Dr. Pravin C Patil completed his B.Sc. (Chemistry) at ASC College Chopda (Jalgaon, Maharashtra, India) in 2001 and M.Sc. (Organic Chemistry) at SSVPS’S Science College Dhule in North Maharashtra University (Jalgaon, Maharashtra, India) in year 2003. After M.Sc. degree he was accepted for summer internship training program at Bhabha Atomic Research Center (BARC, Mumbai) in the laboratory of Prof. Subrata Chattopadhyay in Bio-organic Division. In 2003, Dr. Pravin joined to API Pharmaceutical bulk drug company, RPG Life Science (Navi Mumbai, Maharashtra, India) and worked there for two years. In 2005, he enrolled into Ph.D. (Chemistry) program at Institute of Chemical Technology (ICT), Matunga, Mumbai, aharashtra, under the supervision of Prof. K. G. Akamanchi in the department of Pharmaceutical Sciences and Technology.
After finishing Ph.D. in 2010, he joined to Pune (Maharashtra, India) based pharmaceutical industry, Lupin Research Park (LRP) in the department of process development. After spending two years at Lupin as a Research Scientist, he got an opportunity in June 2012 to pursue Postdoctoral studies at Hope College, Holland, MI, USA under the supervision of Prof. Moses Lee. During year 2012-13 he worked on total synthesis of achiral anticancer molecules Duocarmycin and its analogs. In 2014, he joined to Prof. Frederick Luzzio at the Department for Chemistry, University of Louisville, Louisville, KY, USA to pursue postdoctoral studies on NIH sponsored project “ Structure based design and synthesis of Peptidomimetics targeting P. gingivalis.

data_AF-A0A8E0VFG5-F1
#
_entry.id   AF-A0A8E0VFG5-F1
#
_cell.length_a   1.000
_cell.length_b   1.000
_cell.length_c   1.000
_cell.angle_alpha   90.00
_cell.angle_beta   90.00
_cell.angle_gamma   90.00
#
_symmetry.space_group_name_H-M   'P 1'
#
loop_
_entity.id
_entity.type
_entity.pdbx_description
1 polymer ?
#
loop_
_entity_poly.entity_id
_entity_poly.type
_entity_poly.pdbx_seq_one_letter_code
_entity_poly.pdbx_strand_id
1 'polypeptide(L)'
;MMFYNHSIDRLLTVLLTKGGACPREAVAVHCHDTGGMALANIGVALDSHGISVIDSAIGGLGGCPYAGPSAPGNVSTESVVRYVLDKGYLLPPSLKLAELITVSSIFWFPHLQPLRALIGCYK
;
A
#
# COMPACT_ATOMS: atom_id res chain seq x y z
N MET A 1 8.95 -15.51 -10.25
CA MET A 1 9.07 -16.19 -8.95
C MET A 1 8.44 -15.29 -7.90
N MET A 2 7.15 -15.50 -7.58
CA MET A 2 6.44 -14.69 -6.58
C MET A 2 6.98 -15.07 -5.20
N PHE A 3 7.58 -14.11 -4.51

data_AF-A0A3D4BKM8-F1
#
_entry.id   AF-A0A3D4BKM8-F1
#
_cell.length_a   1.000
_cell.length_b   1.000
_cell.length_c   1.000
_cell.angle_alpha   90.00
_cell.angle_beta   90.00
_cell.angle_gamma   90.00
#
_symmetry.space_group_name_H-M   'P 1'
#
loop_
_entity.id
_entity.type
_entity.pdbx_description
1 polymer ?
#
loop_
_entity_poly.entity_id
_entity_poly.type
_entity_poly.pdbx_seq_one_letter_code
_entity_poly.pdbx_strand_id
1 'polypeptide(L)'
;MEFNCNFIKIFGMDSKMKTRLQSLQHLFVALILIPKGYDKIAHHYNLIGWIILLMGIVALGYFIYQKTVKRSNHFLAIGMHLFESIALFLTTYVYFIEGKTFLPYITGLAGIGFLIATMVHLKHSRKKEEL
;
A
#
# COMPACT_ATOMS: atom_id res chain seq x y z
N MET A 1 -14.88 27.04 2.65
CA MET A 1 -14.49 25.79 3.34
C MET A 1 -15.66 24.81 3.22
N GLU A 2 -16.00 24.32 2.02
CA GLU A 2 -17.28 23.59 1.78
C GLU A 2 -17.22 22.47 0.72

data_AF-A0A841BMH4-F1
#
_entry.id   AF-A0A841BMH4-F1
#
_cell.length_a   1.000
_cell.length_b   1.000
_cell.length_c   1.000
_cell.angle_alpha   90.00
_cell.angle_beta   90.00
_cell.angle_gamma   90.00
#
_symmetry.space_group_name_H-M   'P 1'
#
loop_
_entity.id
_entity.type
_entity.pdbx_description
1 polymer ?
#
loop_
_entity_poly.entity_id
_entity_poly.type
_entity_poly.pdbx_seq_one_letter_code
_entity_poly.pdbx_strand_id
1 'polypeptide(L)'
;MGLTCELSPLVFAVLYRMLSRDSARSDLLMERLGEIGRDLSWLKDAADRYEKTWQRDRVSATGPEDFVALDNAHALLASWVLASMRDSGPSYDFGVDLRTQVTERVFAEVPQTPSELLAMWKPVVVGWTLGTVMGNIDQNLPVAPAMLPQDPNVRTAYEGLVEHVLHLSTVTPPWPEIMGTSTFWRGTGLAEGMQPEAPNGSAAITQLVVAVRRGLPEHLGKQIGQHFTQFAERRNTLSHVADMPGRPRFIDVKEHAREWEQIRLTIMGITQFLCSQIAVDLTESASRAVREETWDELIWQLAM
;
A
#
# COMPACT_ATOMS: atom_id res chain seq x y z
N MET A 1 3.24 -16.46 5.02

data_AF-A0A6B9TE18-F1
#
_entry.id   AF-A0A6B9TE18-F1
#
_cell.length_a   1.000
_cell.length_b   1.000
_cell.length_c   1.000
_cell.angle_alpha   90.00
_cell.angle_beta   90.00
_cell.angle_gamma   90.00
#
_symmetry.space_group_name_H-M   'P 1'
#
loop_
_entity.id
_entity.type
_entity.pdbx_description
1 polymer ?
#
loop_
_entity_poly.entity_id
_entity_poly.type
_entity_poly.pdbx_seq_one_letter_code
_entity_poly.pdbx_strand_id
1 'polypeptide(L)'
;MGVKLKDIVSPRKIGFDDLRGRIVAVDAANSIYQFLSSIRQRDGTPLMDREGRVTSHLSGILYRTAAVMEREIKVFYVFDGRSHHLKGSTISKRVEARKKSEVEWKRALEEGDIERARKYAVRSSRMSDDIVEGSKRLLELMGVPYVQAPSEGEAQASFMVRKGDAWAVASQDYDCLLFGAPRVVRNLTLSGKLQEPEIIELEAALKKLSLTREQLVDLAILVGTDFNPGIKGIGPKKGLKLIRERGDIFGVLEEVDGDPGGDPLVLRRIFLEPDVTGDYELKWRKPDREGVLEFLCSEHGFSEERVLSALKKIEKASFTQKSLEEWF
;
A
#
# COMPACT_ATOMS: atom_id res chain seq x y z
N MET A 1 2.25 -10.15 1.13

During his research experience, he has authored 23 international publications in peer reviewed journals and inventor for 4 patents.
//////////////Parvaquone, guest blogger, pravin patil
Discussing my paper……..
Metal-catalyzed cycloadditions of alkenyldiazo reagents are useful tools to access carbo- and heterocycles. These diazo compounds are chemically sensitive toward both Brønsted orLewis acids. Their reported cycloadditions rely heavily on the formation of metal carbenes to initiate regio- and stereoselective [3+n] cycloadditions (n=2–4) with suitable dipolarophiles.[2–4] A noncarbene route was postulated for a few copper-catalyzed cycloadditions of these diazo species, but they resulted in complete diazo decomposition.[3a, 4a, 5] oyle and co-workers reported[4a] a [3+2] cycloaddition of the alkenylrhodium carbene A with imines to give dihydropyrroles (Scheme 1a). We proposed a cycloaddition the tetrahydroquinoline derivatives 3 and 3’, as well as the tetrahydro-1H-benzo[b]azepine species 4. Access to these frameworks are valuable